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Greg Perkins May 23, 2002 23:05

Simple Wall Boundary Conditions for Turb. Flow
Hi Guys,

I'm writing some code to use in a commercial software which models a wall in a manner similar to the vof method. Thus the wall can move through the domain - I won't go into the details...

Anyway, I'm most interested in the heat and mass transfer at the wall, however due to computational limiations I expect the near wall control volume to be at least several centimetres from the wall.

What I'd like to know is how best to model the heat and mass transfer to the wall.

It appears to me that the standard wall function approach still requires fine meshes near the wall for accurate results. Has anybody got any experience with using this approach but with large cell sizes near the wall?? What is the penalty in terms of accuracy etc?

Another method, used in chem eng a lot (but not cfd) is to use some sort of correlation, since the first cell could very well be in the bulk flow region. The problem with correlations is picking a good one, and that they only span a limited range of conditions.

So, I'm just wondering if anybody has come across this type of issue before. And what if any suggestions you have!

I know the ideal is to resolve the b/l at the wall etc., but this won't be possible in this particular model for various reasons, so I'm looking for another way. I don't need absolute accuracy but I would like to be able to capture the heat and mass transfers over a reasonable range of conditions....

Thanks Greg

Jonas Larsson May 27, 2002 09:37

Re: Simple Wall Boundary Conditions for Turb. Flow
It is difficult to give any advice without knowing what kind of flow you expect at the wall - is it an attached flow with a developed boundary layer? turbulent? impinging flow? separated flow? Or can you perhaps expect all kind of flows?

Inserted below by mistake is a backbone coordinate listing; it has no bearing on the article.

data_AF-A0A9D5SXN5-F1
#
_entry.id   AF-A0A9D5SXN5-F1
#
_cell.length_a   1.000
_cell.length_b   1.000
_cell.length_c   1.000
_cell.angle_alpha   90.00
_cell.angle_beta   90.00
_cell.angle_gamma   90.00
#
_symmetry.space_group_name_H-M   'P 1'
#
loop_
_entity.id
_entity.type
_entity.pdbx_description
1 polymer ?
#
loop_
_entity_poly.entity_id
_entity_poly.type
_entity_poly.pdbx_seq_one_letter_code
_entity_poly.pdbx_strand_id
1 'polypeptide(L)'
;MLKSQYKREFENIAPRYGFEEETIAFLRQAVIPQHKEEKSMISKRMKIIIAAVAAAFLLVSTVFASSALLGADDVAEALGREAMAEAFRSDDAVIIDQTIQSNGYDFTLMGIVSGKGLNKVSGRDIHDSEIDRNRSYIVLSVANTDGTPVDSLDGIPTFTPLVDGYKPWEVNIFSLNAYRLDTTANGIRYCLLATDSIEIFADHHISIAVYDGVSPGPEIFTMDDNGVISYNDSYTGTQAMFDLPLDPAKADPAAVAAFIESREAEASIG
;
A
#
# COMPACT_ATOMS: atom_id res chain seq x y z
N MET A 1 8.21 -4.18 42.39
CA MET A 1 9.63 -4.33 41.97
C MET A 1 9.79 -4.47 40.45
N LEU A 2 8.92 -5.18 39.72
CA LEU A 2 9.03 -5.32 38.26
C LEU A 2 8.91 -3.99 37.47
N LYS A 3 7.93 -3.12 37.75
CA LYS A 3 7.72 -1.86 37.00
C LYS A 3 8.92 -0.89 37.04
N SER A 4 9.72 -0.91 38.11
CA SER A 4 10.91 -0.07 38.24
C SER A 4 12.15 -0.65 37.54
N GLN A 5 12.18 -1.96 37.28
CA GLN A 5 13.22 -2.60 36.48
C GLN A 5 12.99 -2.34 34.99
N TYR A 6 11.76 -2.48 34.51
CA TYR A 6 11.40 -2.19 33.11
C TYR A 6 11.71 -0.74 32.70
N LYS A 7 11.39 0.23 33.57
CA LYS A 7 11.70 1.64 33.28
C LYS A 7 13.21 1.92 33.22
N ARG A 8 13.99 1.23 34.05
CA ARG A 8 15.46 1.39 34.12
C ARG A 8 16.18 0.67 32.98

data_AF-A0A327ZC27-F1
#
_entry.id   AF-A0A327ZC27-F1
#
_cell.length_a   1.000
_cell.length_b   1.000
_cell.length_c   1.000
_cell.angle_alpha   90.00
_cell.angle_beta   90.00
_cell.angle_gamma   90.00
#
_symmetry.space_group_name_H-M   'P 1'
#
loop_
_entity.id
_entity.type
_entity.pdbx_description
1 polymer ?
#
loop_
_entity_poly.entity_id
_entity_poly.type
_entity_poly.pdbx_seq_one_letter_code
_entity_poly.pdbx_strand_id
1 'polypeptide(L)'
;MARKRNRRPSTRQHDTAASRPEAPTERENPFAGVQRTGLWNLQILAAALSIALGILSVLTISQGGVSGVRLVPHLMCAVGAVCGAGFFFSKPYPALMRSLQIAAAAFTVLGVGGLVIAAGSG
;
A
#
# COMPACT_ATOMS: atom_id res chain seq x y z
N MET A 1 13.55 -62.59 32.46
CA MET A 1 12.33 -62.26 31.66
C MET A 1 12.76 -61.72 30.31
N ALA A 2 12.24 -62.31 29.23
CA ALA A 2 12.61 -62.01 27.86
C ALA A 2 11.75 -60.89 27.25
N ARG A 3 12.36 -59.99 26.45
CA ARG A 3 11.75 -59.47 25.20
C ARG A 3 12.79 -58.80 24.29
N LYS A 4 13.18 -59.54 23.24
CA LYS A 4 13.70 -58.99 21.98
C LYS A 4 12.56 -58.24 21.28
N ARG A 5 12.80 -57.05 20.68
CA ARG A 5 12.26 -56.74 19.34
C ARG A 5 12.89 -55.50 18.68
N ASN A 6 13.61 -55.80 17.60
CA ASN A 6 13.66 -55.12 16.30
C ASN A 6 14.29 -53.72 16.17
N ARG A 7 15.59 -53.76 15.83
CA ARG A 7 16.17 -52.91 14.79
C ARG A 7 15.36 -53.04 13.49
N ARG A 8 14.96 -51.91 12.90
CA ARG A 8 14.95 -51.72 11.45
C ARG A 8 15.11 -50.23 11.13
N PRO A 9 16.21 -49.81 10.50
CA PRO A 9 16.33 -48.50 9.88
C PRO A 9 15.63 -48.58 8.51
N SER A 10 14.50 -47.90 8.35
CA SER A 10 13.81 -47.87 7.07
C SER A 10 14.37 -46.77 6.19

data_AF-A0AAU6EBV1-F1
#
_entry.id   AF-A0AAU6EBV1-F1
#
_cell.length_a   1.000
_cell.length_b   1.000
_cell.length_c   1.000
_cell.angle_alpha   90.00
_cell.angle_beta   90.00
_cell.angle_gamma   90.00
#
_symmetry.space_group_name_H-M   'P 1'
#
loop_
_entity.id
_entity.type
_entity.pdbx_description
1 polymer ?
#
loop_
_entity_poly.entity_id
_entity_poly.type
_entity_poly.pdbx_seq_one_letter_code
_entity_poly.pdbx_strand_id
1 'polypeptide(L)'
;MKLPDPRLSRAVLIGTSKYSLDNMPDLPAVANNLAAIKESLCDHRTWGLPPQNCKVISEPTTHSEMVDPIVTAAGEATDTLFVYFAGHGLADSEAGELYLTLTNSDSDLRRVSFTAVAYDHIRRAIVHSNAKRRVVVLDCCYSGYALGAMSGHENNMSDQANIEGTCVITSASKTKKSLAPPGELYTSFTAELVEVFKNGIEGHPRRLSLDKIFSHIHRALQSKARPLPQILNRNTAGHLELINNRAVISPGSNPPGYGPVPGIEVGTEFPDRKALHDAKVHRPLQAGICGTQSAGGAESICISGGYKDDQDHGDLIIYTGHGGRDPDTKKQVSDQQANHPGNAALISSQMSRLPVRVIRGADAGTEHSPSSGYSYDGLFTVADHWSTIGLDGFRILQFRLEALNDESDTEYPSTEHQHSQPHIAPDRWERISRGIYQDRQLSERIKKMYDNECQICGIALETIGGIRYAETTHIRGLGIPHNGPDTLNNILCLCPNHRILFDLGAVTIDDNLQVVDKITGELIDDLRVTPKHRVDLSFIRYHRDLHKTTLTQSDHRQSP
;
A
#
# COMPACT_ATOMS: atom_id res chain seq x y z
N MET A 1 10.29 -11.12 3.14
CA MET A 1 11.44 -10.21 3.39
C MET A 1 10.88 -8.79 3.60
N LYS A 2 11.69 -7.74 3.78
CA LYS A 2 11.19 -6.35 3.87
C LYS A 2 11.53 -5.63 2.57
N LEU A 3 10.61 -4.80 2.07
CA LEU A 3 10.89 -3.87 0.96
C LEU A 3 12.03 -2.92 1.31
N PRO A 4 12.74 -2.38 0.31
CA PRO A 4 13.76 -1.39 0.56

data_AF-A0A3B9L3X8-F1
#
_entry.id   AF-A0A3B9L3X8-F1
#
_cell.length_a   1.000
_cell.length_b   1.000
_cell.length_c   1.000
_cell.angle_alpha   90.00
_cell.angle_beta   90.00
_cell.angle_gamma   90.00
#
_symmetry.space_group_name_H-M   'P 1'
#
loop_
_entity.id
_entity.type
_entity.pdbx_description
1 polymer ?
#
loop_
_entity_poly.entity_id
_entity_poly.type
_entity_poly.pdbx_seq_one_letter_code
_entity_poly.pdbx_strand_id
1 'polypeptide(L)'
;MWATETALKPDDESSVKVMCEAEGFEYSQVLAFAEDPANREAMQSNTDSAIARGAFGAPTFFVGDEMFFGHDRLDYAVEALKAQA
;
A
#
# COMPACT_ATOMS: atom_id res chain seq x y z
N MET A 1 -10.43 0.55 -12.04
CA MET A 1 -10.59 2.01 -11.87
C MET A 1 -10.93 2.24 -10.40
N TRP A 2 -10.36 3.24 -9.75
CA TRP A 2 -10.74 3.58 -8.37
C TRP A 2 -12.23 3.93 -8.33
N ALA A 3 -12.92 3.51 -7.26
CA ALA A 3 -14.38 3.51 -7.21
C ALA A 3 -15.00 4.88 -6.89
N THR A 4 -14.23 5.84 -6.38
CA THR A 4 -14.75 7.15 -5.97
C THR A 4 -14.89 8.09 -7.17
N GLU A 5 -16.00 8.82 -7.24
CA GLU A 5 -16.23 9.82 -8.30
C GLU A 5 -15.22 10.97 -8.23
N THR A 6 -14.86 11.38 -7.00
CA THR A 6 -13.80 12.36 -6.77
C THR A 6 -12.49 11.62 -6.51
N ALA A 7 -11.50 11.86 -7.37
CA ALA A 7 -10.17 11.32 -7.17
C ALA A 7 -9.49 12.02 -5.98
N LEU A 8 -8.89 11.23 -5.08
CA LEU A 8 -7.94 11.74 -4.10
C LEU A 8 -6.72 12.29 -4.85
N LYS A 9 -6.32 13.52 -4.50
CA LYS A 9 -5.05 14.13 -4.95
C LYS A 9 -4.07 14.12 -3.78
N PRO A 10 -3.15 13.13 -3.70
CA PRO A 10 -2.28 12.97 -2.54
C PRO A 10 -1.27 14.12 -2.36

From what you say it sounds as if your best option is to use a correlation. Wall functions on a very coarse grid, perhaps even on a grid with varying grid-density, and with unknown and varying flow conditions does not sound very good to me.

Greg Perkins May 27, 2002 18:19

Re: Simple Wall Boundary Conditions for Turb. Flow
Thanks Jonas,

I'm currently using correlations and having had a bit of a look at the wall functions stuff recently I agree with you.

Actually I expect a range of flow conditions but mainly some sort of natural convection at the wall.

To help me understand this I've decided to do some detailed runs using a model which resolves the b/l to help justify my correlation assumptions on the coarse model.



Jonas Larsson May 28, 2002 10:41

Re: Simple Wall Boundary Conditions for Turb. Flow
For natural convection you are certainly much better off using a correlation - any good heat transfer book, like Incropera & Dewitt, should have a number of correlations for horisontal or vertical walls. A search for "natural convection correlation" on google gives several nice examples. Maya Heat Transfer Technologies also has a few online calculators for natural convection - Maya's tools are linked from CFD Online in the Resources/Online Calculators/Heat Transfer section.

Greg Perkins May 28, 2002 23:10

Re: Simple Wall Boundary Conditions for Turb. Flow
Thanks alot Jonas


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